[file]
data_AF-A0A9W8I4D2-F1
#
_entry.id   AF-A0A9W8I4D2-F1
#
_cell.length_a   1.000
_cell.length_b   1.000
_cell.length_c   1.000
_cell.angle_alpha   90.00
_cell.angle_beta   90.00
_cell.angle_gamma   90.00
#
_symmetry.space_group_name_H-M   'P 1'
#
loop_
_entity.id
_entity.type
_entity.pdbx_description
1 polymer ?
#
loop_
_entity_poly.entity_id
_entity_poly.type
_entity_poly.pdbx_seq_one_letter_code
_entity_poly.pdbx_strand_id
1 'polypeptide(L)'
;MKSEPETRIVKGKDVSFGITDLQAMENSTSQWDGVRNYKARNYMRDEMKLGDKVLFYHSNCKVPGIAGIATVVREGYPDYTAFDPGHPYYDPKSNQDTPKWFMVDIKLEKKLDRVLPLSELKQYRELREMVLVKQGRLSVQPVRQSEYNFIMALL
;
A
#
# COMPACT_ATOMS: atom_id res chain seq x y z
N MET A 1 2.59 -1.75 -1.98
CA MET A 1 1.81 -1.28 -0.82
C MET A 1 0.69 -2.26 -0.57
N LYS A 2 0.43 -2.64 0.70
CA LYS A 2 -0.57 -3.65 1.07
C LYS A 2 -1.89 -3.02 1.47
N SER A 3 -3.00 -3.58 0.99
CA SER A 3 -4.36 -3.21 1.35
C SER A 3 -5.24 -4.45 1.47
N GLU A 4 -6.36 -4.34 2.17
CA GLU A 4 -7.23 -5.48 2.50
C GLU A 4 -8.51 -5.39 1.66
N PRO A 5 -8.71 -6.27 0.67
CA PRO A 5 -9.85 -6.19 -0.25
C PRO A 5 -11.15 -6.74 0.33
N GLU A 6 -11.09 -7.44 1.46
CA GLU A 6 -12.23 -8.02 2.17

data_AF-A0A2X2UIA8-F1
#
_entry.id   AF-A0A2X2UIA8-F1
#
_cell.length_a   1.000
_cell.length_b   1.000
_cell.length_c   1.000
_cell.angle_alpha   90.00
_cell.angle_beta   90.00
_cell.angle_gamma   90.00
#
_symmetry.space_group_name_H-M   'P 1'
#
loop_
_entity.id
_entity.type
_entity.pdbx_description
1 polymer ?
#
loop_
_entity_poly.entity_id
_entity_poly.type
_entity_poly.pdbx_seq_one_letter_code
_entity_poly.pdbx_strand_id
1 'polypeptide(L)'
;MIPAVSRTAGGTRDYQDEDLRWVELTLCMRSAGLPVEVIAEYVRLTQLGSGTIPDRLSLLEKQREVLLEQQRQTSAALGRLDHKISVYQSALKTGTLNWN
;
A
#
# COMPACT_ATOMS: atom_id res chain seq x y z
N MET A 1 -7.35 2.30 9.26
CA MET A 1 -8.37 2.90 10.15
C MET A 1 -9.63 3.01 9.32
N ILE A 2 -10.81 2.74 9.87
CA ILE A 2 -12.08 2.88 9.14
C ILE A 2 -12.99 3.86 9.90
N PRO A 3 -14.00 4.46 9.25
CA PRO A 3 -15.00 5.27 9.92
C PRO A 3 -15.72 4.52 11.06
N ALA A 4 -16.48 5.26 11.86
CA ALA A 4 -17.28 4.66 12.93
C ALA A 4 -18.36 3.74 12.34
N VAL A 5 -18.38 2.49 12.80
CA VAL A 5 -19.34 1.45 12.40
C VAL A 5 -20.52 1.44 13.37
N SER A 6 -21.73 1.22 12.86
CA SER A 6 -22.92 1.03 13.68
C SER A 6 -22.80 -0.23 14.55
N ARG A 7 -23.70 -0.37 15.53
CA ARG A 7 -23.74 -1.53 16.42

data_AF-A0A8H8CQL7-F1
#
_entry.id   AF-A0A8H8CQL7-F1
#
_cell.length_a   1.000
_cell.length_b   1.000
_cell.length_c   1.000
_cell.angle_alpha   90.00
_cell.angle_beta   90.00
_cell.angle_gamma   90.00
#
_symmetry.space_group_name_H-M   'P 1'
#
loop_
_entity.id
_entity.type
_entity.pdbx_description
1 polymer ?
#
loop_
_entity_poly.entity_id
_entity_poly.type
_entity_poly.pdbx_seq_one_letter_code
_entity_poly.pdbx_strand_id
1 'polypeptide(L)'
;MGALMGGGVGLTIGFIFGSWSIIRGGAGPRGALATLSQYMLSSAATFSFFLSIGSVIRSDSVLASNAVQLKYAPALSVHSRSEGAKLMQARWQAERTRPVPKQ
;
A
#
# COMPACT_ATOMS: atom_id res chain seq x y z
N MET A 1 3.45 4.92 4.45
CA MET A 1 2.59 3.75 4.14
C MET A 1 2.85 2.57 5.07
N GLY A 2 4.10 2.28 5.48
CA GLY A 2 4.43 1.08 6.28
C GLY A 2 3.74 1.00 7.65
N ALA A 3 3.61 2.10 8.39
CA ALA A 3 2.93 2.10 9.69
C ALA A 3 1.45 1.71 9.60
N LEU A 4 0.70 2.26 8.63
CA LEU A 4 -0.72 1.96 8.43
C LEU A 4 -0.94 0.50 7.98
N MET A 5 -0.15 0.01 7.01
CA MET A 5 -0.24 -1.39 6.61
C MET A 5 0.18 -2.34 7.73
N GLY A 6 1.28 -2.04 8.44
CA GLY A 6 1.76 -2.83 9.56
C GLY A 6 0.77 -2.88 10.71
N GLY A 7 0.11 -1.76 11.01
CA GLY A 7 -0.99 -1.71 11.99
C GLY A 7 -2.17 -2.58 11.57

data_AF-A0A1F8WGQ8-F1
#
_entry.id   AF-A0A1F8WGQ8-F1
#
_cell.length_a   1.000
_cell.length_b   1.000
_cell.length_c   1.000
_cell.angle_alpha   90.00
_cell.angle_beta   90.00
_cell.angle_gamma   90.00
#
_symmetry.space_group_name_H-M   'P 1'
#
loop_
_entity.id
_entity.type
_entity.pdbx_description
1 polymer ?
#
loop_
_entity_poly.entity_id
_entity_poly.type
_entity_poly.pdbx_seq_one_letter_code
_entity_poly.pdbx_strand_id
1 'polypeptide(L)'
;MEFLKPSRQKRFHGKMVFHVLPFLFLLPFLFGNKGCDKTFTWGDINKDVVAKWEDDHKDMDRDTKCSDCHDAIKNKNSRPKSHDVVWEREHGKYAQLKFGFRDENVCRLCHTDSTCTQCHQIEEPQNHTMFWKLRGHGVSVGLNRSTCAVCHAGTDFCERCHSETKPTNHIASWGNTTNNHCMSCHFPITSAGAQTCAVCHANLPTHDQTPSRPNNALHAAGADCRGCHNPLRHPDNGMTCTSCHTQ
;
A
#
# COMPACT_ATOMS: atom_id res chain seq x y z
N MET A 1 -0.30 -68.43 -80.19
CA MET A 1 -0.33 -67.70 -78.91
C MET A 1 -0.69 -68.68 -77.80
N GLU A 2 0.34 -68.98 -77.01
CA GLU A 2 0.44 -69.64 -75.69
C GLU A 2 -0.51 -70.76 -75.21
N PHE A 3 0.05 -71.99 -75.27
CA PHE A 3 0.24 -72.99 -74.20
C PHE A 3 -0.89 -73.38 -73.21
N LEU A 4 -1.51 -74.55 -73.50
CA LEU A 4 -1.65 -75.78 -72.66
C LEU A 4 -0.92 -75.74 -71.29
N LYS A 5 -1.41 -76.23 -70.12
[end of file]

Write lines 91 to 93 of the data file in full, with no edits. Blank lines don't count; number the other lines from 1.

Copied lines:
CA VAL A 5 -19.34 1.45 12.40
C VAL A 5 -20.52 1.44 13.37
N SER A 6 -21.73 1.22 12.86